Cranking for walleye

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“Are you a walleye fisherman?” I was asked by the guy sitting in front of me.

“I love to fish for walleyes,” I replied. “I grew up in the upper Midwest and spent lots of time jigging for walleyes in the Mississippi River.”

Recently we were sitting in a packed house of anglers in the Events Center of Snappy Sports Senter in Kalispell where Bob Hickey, a walleye touring pro, was preparing to talk about crankbaits.

First emphasis from Hickey was safety.

“Check out your boat and your gear and make sure you have plenty of life jackets,” said Hickey.

“Trolling crankbaits is the fastest way to cover the water in depths from 1 to 30 feet,” Hickey went on, “but you must be sure your crankbaits are tracking straight and not wandering all over the place.”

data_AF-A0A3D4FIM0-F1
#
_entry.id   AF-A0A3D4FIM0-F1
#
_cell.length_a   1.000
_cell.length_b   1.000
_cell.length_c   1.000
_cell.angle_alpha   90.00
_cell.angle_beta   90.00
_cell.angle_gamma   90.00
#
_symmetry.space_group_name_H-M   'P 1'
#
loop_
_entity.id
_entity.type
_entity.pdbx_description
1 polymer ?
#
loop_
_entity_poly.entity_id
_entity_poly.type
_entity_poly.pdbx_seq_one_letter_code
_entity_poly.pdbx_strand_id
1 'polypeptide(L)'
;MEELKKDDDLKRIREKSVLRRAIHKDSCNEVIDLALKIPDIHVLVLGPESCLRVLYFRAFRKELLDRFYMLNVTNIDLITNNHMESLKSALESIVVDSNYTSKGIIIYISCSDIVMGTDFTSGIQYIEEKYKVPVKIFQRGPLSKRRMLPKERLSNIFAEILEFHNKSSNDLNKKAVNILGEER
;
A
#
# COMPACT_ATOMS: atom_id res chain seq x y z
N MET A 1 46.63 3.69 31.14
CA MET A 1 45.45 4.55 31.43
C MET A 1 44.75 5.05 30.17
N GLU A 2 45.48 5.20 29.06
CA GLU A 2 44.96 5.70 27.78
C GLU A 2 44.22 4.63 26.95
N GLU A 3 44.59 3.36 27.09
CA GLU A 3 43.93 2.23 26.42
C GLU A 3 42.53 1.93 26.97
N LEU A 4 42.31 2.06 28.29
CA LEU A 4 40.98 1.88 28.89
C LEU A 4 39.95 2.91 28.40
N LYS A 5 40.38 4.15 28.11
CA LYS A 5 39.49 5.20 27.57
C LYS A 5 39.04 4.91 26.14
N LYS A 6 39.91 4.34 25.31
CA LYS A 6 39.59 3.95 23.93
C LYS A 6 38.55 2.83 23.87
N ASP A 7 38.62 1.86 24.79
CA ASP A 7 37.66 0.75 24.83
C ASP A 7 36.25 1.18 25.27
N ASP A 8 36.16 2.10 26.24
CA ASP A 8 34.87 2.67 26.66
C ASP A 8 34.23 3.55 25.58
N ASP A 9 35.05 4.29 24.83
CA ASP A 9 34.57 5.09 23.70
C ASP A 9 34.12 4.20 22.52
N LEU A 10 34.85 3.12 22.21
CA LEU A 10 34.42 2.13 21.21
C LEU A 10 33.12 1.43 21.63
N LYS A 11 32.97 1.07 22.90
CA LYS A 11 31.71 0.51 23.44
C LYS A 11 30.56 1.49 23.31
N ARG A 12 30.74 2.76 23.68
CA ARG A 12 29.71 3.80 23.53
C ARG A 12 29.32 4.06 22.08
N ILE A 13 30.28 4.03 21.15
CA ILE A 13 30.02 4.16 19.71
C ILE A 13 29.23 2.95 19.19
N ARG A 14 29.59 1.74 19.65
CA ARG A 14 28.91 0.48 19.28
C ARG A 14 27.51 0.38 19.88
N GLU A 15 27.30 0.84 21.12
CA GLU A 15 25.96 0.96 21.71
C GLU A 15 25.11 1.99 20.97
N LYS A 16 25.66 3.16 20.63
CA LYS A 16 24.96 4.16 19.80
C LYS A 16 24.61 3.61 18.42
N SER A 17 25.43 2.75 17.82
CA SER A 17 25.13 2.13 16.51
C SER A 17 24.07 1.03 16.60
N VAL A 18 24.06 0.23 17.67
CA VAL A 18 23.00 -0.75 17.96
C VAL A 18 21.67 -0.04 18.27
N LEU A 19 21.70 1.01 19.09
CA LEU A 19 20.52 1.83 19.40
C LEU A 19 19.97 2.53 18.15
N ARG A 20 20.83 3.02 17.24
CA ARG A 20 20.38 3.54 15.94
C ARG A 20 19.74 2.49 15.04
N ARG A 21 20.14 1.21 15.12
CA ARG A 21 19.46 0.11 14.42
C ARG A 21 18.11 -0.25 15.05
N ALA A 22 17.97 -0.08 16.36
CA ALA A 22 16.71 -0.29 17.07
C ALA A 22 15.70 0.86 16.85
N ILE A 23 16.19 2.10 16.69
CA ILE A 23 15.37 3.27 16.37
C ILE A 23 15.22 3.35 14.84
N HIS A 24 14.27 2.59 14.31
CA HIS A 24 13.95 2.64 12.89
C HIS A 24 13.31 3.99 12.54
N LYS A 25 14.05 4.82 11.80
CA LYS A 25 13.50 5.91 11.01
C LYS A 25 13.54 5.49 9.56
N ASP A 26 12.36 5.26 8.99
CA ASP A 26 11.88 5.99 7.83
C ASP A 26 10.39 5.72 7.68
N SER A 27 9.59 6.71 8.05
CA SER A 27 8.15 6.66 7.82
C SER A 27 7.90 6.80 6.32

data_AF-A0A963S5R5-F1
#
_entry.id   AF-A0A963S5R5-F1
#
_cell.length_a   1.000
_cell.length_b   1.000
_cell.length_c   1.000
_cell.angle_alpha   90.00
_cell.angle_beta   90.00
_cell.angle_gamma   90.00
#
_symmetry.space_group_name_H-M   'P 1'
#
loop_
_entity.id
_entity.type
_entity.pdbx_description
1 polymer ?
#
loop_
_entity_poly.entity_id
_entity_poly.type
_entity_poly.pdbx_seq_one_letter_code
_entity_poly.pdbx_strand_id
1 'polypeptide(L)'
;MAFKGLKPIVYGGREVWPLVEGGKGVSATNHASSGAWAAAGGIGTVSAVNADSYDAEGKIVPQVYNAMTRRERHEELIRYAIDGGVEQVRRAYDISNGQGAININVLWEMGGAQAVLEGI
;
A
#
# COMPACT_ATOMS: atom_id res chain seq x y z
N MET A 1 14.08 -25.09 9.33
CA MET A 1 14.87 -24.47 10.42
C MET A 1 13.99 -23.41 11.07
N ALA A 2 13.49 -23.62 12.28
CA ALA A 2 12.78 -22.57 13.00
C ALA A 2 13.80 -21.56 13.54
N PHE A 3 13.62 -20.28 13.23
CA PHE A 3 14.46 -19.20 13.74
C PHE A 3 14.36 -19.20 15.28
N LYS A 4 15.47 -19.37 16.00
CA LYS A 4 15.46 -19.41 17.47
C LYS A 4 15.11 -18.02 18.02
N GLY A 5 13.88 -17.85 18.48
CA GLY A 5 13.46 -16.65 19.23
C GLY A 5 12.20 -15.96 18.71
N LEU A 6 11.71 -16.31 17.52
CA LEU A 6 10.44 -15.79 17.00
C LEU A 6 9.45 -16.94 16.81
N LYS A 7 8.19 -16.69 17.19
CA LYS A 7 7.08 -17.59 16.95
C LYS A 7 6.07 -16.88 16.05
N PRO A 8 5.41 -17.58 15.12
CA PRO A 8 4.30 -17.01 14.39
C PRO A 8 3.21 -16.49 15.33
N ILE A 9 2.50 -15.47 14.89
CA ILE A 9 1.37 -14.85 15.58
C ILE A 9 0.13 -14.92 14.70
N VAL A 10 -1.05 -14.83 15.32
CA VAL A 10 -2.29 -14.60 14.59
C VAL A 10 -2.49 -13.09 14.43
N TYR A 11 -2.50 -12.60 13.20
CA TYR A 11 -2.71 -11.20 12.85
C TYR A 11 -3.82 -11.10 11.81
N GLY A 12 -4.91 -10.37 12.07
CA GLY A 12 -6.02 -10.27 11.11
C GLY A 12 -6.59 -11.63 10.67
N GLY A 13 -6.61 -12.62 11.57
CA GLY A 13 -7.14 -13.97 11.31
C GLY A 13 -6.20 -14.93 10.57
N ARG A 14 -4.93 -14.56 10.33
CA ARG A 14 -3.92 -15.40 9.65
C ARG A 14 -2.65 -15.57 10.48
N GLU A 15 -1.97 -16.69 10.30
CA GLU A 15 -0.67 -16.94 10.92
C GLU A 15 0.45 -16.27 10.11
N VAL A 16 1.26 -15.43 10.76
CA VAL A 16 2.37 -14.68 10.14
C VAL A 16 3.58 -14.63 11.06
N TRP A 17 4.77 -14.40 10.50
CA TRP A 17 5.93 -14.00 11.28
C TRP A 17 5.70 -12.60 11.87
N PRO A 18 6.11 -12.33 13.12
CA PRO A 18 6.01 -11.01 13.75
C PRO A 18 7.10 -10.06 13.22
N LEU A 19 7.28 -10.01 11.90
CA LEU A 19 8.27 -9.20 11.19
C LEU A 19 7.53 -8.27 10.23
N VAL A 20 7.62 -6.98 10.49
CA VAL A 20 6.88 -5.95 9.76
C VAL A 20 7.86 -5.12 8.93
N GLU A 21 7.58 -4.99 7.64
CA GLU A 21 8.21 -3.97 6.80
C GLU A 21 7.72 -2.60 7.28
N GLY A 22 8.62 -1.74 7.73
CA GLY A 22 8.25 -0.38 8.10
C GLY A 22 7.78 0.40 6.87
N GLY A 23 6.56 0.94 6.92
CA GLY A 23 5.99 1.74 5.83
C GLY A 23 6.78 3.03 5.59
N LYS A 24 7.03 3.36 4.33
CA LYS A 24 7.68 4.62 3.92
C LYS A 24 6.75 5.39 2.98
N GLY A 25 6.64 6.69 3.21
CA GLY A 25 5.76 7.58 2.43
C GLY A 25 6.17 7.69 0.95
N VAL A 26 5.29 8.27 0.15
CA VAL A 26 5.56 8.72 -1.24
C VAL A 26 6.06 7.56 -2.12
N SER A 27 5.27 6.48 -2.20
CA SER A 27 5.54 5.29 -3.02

Hickey and his fishing buddy, Jason Mundel, use a clip clevis to attach their favored Berkley Red Fire Tiger crankbait to 14-pound Fireline.

To tune the crankbait, Hickey recommends watching the lure’s action close to the boat, then pulling the line tight to the lure, all before using pliers.

“We run four lines (when legal), rigging two rods in the middle with 100 foot of line, then planer boards on either side with 50 foot of line. We use line counters to get consistent lengths.

“We generally start trolling at 2 mph, then adjust our speed depending on water depths.

“We’ve caught walleyes from 1 to 40 feet deep. The important thing is to cover the water column.”

Jerry Smalley’s Fishful Thinking column appears weekly in the Hungry Horse News.

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